The thrill of experience. I enjoy the current stopover in Dubai, although if you have access to the superb first class lounge of partner Emirates that stopover is admittedly too brief and feels too rushed. However, I was among the first to cheer Qantas' return to Singapore as the hub for its London flights from March next year.
Non-stop to New York, for me, is a simpler proposition. Having to transit at LAX remains a right pain, primarily due to need to retrieve and re-check your luggage as well as sometimes change terminals depending on who your onwards flight is with.
My preference for travelling to New York these days is not Qantas but Cathay Pacific, because I can fly from Sydney to Hong Kong and then straight through to Gotham.
My checked luggage goes straight through from Sydney to New York, and if I've got to have a stop-over I'd rather it be in Hong Kong with its excellent business class and first class lounges and even the opportunity to break my journey for a day or two.
Few people spend more time on planes, in lounges or mulling over the best ways to use frequent flyer points than David Flynn, the editor of Australian Business Traveller magazine. His unparalleled knowledge of all aspects of business travel connects strongly with the interests of Executive Style readers.
What's your current airline of choice for flights from Australia to London and New York, and are you ready to make the switch from stopovers to an 18-20 non-stop flight?
See Also:
The designer trend about to hit business class .
Virgin's new battle for business class .
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Maximise and minimise.
www.executivestyle.com.au/qantas-could- ... ink-gybmfi
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Re: Qantas quits Dubai

Postby Merc1107 » Thu Sep 07, 2017 6:27 pm

Passed through Dubai twice, once on an outbound trip and then on a return trip with Emirates.

Can't really understand the fuss about Emirates or Dubai. While it wasn't a bad experience, both are completely overhyped. Service aboard was quite variable and the food, even by economy standards, pretty lacklustre.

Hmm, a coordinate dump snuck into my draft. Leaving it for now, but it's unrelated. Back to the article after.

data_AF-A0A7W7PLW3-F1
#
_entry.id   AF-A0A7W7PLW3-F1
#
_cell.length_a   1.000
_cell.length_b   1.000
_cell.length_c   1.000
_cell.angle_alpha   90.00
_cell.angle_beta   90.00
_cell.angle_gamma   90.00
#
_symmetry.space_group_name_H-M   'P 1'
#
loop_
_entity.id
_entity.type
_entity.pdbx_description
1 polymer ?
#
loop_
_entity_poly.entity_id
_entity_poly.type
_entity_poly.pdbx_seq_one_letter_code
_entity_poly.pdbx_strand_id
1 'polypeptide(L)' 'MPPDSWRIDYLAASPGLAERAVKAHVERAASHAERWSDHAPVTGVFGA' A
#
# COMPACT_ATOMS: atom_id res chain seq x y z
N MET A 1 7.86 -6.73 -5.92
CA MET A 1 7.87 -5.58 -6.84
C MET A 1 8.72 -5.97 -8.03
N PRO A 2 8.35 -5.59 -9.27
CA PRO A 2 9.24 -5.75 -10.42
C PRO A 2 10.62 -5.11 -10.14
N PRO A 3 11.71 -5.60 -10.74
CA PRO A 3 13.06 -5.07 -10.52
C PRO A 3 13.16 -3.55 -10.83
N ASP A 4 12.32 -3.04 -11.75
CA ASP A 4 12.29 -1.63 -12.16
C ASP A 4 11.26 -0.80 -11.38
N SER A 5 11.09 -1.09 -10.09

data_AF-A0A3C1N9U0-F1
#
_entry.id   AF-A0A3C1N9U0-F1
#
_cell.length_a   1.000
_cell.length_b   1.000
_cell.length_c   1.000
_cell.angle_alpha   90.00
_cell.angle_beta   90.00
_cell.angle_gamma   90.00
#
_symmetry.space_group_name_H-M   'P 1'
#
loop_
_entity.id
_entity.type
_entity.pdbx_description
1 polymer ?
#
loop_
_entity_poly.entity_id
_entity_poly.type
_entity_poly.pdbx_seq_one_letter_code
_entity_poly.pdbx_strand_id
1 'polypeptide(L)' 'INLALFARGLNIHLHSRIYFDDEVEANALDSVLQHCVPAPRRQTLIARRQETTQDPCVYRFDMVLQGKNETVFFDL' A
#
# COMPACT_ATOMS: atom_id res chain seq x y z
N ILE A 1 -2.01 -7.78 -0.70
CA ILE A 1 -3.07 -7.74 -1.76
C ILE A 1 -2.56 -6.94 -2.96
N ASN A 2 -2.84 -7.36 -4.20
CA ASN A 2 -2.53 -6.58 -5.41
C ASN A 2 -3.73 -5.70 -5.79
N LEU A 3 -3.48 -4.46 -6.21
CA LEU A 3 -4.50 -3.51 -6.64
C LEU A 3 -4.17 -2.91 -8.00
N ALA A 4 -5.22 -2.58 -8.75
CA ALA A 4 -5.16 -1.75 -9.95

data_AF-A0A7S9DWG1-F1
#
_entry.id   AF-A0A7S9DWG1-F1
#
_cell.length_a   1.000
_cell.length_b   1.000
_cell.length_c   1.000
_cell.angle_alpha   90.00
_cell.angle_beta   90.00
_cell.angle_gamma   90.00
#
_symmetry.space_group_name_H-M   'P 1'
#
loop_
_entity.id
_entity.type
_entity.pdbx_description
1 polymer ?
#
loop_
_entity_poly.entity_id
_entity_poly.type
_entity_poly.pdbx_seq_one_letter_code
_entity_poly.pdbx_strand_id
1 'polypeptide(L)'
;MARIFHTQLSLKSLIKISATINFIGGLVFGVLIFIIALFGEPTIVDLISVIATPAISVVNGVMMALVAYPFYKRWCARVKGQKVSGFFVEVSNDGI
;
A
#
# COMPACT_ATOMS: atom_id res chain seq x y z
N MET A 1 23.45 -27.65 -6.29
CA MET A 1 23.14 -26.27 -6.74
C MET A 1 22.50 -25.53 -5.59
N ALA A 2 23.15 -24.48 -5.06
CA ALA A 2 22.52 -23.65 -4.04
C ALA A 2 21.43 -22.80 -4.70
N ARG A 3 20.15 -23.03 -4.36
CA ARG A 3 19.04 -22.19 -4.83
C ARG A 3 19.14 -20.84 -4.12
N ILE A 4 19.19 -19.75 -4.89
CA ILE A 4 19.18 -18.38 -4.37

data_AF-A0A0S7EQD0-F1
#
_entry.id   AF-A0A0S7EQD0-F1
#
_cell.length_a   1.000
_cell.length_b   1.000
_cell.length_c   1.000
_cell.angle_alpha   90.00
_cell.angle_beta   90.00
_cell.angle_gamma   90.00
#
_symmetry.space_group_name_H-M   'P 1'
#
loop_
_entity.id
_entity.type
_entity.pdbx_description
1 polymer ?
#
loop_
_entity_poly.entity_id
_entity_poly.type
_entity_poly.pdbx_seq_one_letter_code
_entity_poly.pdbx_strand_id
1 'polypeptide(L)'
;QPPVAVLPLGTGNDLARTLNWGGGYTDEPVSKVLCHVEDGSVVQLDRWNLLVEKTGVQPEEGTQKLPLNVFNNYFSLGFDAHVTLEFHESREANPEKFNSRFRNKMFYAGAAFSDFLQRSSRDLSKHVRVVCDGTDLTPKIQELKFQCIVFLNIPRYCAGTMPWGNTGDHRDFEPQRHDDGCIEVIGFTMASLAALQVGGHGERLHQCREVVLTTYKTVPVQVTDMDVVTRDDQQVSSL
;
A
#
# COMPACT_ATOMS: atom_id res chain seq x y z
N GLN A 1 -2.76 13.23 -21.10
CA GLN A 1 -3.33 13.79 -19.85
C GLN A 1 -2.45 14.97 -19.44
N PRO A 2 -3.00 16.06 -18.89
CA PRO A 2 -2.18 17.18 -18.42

Visited the USA some years ago now. I was headed to Texas, but despite trying to book three months in advance, the QF system didn't want to offer me the direct flight to Dallas/Fort-Worth. In the end, I scrapped the idea and booked with Japan Airlines (which landed me a flight to Sydney on QF, to Narita on JAL, then a Transpacific flight with American Airlines) as they worked out about $300 cheaper than QF for the whole journey.
Admittedly, this was the long way, but service aboard JAL was exceptional (if a bit quirky), and even American had friendly, experienced crew, and most of all, plenty of food and snacks for economy passengers.

Would I transit in the Middle East again? No. For Perth to London, it simply means you have the longer flight first as opposed to last. For lesser destinations on either end, it may mean an extra stop, a long wait or otherwise.

And would I use a Qantas non-stop service from Australia? You'd have to PAY me to sit in Qantas economy for that sort of time. I'd be hoping for a lot more than 31.5" of pitch, that's for sure.
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Re: Long-haul international

Postby Roderick Smith » Sun Sep 10, 2017 12:21 pm

Roderick

September 9 2017 Fly longer, but the airport transfer is not departing just yet .
For all the hardships of long-distance travel, stopping mid-journey at an unfamiliar airport to change planes is generally accepted as one of the more trying.
So two pieces of news from Australia's largest airline created quite the stir among frequent flyers.